But when a saga popular with pre-adolescent girls peaks romantically on a night that leaves the heroine to wake up covered with bruises in the shape of her husband’s hands — and when that heroine then spends the morning explaining to her husband that she’s incredibly happy even though he injured her, and that it’s not his fault because she understands he couldn’t help it in light of the depth of his passion — that’s profoundly irresponsible.
It’s taking all I’ve got not to just quote the whole review (which is hilarious), but at the very least just read this:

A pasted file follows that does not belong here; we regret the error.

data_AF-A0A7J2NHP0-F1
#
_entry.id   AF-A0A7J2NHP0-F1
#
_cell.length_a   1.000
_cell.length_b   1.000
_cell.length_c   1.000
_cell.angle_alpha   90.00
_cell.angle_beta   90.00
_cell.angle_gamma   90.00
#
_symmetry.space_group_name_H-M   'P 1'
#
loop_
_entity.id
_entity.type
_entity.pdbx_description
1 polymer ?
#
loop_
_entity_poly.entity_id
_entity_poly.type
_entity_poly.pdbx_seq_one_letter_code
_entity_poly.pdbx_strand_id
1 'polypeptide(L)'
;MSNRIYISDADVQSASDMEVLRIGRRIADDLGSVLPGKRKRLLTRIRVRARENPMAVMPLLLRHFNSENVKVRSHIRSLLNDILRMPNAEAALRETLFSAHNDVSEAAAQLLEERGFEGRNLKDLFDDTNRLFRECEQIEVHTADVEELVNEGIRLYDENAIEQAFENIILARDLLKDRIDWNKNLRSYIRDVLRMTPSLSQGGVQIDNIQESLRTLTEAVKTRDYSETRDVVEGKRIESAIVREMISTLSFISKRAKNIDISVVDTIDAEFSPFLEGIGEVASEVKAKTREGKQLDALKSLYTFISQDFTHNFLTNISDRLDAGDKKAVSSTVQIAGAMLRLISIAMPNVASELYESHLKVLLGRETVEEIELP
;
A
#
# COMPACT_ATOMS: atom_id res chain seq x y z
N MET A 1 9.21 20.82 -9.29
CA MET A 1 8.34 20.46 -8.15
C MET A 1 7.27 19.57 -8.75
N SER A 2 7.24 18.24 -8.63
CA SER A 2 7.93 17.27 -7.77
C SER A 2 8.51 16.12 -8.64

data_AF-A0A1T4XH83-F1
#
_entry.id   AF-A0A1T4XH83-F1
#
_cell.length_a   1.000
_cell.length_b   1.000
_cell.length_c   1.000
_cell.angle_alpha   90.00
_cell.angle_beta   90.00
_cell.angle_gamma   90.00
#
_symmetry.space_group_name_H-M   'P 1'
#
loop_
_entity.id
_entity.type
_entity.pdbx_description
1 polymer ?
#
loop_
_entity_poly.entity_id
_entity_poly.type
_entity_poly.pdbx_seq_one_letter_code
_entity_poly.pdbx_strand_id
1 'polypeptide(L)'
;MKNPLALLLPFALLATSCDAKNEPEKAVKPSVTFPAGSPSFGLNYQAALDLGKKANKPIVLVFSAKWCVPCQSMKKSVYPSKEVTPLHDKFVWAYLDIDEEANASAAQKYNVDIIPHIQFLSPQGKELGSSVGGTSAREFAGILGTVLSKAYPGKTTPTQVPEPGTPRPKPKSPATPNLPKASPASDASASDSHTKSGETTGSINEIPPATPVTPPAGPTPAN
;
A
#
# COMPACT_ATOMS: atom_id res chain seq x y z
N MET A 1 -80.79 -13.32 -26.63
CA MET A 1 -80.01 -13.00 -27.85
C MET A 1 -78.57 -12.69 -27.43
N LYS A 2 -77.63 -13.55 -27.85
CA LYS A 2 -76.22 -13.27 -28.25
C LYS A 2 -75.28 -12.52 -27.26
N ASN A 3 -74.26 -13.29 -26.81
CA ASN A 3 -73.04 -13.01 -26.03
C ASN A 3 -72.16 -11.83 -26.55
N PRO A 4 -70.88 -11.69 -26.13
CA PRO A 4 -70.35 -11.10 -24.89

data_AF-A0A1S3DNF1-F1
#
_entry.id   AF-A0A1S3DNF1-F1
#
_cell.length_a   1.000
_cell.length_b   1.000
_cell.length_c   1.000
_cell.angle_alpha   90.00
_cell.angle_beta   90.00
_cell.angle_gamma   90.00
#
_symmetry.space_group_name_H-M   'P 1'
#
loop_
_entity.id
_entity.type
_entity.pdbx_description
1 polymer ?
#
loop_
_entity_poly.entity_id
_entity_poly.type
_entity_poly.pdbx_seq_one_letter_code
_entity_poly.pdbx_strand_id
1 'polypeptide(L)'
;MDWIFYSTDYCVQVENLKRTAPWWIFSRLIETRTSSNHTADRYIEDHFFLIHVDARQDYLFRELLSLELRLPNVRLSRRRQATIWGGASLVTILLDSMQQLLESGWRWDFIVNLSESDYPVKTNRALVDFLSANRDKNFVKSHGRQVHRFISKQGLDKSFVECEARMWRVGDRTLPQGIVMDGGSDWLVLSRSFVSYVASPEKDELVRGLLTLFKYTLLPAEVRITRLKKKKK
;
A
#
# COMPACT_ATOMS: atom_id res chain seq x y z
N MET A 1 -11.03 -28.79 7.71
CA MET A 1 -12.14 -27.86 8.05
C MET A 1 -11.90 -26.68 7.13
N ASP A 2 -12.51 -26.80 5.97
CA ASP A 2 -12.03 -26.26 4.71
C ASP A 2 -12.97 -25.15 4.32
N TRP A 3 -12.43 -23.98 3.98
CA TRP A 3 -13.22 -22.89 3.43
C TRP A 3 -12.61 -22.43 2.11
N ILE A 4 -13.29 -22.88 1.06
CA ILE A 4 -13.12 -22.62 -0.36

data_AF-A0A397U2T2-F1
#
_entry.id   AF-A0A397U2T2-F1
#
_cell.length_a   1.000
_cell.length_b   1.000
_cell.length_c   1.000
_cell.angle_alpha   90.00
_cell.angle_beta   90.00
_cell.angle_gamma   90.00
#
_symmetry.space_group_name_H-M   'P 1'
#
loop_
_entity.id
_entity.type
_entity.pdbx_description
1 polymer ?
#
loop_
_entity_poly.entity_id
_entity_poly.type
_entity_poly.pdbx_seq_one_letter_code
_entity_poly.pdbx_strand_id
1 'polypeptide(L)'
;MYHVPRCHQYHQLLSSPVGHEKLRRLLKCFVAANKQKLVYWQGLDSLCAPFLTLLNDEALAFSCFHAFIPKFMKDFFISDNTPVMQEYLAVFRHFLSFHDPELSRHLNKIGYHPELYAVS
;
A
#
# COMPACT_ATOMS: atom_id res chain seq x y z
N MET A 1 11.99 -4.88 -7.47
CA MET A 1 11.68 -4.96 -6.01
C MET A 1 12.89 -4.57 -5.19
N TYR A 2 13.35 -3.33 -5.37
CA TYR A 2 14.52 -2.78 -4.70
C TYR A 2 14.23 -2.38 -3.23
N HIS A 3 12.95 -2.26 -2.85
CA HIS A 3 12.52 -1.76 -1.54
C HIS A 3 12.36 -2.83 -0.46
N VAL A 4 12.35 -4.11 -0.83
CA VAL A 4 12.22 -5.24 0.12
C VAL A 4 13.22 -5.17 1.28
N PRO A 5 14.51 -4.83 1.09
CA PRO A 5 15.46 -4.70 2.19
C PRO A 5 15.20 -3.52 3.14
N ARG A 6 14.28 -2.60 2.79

But romanticizing an intimate relationship that leaves bruises and scars is a particularly terrible idea in a film aimed at girls. Talking about this is tiresome, but then so is putting it in the movie. From depicting the loss of virginity as a naturally violent, frightening, physically dangerous experience to making Bella a woman with no life at all outside of her literally all-consuming pregnancy, the narrative sledgehammers are all as distasteful as they are inelegant.